Posts Tagged ‘president’


“We hold these truths to be self-evident, that all men are created equal, that they are endowed by their Creator with certain unalienable Rights, that among these are Life, Liberty and the pursuit of Happiness.”


In 1776 Thomas Jefferson wrote The Declaration of Independence.  The colonies of America were sick of paying unfair taxes to a king 3,000 miles away who did not represent them.  They were tired of being repressed and oppressed for their religious beliefs and practices.  They wanted freedom.  They wanted equal rights.  To an end.


The hypocrisy of the Declaration of Independence has been a stain on the fabric of America for the past 232 years.  Admittedly that stain has grown less obvious over the past half-century through the work of the Civil Rights Movement but not until November 4th, 2008, did it seem as though that stain was finally removed.


America’s Founding Fathers began the United States Constitution with a fervour that is still admirable, to “secure the Blessings of Liberty to ourselves and our Posterity.”  With those words they set into motion a series of events to move their country towards a deeper understanding and practice of freedom then they could, at that time, imagine. 


Because, of course, they wanted freedom then, and liberty for America, but only so long as it was white, male America.


Almost 100 years later people finally caught on.  In 1863 a truly divided America was either fighting for or against a freedom which was only assumed possible because of the ideals of America – that all men really might just be created equal regardless of the color of their skin. 


In the Gettysburg Address Abraham Lincoln famously proposed the following:


“It is for us the living, rather, to be dedicated here to the unfinished work which they who fought here have thus far so nobly advanced. It is rather for us to be here dedicated to the great task remaining before us — that from these honored dead we take increased devotion to that cause for which they gave the last full measure of devotion — that we here highly resolve that these dead shall not have died in vain — that this nation, under God, shall have a new birth of freedom — and that government of the people, by the people, for the people, shall not perish from the earth.”


The 13th Amendment to the Constitution, ratified in 1865, put an end to legal slavery in the United States of America.  It would be almost another 100 years before equal rights were further achieved.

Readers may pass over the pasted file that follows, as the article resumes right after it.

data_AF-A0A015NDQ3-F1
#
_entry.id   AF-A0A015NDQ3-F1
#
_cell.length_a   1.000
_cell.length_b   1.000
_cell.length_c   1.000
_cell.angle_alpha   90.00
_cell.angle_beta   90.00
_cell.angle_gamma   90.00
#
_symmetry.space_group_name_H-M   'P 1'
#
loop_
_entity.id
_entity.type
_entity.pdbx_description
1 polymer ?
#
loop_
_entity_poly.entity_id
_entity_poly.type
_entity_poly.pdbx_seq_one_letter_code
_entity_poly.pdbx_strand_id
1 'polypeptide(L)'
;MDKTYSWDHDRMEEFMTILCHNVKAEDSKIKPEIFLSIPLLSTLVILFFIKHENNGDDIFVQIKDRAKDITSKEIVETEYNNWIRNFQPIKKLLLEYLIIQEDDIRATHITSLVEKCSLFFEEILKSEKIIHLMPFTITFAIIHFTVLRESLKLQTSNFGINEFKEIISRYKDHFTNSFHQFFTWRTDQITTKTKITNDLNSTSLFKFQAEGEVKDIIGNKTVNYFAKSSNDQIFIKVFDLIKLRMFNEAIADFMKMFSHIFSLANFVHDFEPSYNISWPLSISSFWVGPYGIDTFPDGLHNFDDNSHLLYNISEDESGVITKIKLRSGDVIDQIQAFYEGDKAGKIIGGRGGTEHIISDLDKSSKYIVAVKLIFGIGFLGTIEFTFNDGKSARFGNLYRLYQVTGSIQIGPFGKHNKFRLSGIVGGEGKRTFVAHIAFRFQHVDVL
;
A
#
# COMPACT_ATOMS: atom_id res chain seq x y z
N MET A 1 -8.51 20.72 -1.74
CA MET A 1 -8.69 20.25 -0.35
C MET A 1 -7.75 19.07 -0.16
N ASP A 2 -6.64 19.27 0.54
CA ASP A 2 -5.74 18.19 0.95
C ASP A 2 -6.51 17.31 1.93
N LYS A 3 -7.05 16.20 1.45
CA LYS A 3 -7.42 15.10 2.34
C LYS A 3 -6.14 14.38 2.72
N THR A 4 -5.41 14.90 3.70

And still it is only all “men” who are created equal.


In 1893 the first states granted voting rights to women.  In 1919 the Federal Woman’s Suffrage Amendment,  originally written by Susan B Anthony in 1878, is passed in the House of Representatives.  On August 26th 1920 women are granted the right to vote via the 19th Amendment to the Constitution.  The road to equal rights is long and seemingly insurmountable.


In 1954, 89 years on from the abolishment of slavery, the Supreme Court rules that segregation in public schools is unconstitutional.  December 1st 1955 is the epic moment when Rosa Parks refuses to give up her seat on the bus which ignites a fire underneath the oppressed African American community and their sympathisers. 


Riots and protests follow, both black and white hatred grows stronger.  Those voices advocating peace and unity are drowned out by the overwhelming melee.   On August 28th 1963 an unyielding Martin Luther King Jr delivers his infamous speech proclaiming “I have a dream that my four children will one day live in a nation where they will not be judged by the color of their skin but by the content of their character.”   


The Civil Rights Act of 1964 is signed by Johnson on July 2nd prohibiting discrimination in voting, education and the use of public facilities.  The federal government now had a way to enforce desegregation. 


In 1968 Martin Luther King Jr is shot dead for having the audacity to believe that when the Founding Fathers said equal rights, they meant it.